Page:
Haohan Qiao, as it's known in Chinese, is the latest in a series of glass-floored attractions to open in China and the rest of the world. Despite its terror-inducing appearance, its creators say the bridge in the Shiniuzhai National Geological Park is perfectly safe. Each of the glass panes is 24 millimeters thick and 25 times stronger than normal glass.
"The bridge we build will stand firm even if tourists are jumping on it," a worker who constructed the bridge told the state-owned China News Service.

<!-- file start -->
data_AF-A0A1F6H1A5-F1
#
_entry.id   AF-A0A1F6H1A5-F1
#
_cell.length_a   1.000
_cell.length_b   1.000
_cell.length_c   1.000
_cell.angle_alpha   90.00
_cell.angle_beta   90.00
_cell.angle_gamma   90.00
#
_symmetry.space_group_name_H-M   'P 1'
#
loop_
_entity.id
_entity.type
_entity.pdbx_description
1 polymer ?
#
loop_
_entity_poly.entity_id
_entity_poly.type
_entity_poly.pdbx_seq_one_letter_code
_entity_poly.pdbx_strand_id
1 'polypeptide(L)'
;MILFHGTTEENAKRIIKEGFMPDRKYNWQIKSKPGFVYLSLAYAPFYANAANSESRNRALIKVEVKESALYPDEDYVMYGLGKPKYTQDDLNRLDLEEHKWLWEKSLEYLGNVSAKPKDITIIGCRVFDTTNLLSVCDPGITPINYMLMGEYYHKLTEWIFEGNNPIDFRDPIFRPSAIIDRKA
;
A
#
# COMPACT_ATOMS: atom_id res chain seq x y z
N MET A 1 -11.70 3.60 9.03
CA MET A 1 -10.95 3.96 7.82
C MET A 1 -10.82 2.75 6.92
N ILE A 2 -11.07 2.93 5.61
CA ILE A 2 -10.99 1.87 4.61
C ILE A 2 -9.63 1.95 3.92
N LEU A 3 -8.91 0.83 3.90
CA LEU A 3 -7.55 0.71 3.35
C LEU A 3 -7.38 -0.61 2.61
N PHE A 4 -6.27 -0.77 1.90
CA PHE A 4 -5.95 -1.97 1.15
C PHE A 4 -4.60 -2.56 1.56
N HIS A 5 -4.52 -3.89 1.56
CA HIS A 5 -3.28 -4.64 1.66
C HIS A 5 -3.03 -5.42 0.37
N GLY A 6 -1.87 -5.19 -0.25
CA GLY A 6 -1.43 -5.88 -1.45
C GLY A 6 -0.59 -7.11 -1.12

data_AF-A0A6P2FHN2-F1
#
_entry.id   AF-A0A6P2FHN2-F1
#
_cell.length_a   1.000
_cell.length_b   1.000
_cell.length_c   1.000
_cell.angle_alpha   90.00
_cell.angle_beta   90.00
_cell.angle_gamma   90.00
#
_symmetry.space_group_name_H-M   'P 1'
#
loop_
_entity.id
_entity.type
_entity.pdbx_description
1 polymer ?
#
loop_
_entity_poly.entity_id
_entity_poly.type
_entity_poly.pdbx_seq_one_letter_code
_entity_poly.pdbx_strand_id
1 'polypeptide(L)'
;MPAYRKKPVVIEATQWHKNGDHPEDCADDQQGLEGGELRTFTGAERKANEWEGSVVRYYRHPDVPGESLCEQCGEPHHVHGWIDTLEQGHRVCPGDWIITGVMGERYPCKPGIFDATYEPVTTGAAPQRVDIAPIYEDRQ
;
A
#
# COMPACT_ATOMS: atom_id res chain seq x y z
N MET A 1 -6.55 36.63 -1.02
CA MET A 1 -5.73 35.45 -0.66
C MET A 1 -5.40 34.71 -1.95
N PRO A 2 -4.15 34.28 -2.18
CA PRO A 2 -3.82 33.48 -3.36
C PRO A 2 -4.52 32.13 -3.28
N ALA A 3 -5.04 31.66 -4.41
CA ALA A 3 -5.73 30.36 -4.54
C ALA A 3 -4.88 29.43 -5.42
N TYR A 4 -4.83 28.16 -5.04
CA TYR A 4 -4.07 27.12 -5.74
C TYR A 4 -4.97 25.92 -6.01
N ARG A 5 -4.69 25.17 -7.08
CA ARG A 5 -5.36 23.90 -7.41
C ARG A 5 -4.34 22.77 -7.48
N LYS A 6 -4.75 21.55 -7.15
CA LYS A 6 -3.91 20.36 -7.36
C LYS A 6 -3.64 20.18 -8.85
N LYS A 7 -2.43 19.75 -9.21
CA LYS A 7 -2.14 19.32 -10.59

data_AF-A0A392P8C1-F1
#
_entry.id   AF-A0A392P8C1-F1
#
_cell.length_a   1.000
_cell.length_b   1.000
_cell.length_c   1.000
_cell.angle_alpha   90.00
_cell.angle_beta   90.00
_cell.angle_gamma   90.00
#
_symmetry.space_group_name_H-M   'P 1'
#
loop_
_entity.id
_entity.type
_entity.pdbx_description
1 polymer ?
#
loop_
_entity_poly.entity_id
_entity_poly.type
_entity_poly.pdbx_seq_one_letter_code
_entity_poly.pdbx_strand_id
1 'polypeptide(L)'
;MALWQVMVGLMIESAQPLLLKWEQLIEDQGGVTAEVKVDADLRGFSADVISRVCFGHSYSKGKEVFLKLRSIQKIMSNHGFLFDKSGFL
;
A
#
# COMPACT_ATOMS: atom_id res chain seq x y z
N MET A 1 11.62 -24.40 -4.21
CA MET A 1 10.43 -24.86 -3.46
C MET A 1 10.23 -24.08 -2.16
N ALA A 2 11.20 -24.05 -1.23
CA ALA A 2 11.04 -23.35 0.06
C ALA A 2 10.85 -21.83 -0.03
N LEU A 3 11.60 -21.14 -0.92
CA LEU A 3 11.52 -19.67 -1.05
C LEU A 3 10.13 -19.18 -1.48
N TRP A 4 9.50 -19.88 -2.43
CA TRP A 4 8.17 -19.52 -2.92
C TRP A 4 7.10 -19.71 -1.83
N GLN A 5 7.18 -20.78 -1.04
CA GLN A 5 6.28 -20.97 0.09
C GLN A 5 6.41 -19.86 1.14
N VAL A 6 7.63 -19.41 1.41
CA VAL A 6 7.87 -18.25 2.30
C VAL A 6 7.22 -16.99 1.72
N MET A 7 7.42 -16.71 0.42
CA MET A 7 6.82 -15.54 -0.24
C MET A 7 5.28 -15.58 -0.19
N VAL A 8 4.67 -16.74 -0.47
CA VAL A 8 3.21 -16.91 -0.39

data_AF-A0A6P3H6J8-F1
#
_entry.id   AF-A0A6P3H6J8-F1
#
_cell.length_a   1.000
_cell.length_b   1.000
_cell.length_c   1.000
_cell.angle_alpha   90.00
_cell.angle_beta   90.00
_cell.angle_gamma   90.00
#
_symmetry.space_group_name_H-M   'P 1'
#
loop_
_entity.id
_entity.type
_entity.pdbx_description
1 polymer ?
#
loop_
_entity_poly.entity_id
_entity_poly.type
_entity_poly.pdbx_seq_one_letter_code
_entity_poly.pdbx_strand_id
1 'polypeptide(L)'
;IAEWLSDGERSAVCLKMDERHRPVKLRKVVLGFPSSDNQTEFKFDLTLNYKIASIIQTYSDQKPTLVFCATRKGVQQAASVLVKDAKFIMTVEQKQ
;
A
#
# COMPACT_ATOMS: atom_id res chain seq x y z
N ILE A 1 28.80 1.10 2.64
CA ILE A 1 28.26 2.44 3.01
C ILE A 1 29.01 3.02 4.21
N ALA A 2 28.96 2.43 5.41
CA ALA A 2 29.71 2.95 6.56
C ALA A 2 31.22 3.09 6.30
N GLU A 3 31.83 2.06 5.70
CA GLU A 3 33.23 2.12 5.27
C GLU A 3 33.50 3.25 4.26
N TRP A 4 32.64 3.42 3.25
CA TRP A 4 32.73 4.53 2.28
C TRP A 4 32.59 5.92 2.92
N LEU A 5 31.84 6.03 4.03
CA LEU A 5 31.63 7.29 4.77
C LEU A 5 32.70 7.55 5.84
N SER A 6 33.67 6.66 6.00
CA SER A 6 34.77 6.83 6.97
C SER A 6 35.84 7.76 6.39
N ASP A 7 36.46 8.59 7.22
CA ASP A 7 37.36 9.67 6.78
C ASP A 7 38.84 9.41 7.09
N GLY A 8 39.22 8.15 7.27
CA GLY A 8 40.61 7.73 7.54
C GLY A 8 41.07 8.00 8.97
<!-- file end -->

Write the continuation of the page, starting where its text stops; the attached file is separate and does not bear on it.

"The steel frame used to support and encase the glass bridge is also very strong and densely built, so even if a glass is broken, travelers won't fall through."
Haohan Qiao was originally a wooden bridge before the park experimented by replacing a small section with glass in 2014. It decided to increase the thrill by revamping the whole overpass earlier this year, making it China's first all-glass suspension bridge.
Hunan is due to open another glass bridge later this year in the Zhangjiajie Grand Canyon area, about 300 kilometers (186 miles) northwest of Shiniuzhai.
When completed, the Zhangjiajie structure will be the world's highest and longest glass bridge -- 430 meters long and 300 meters high.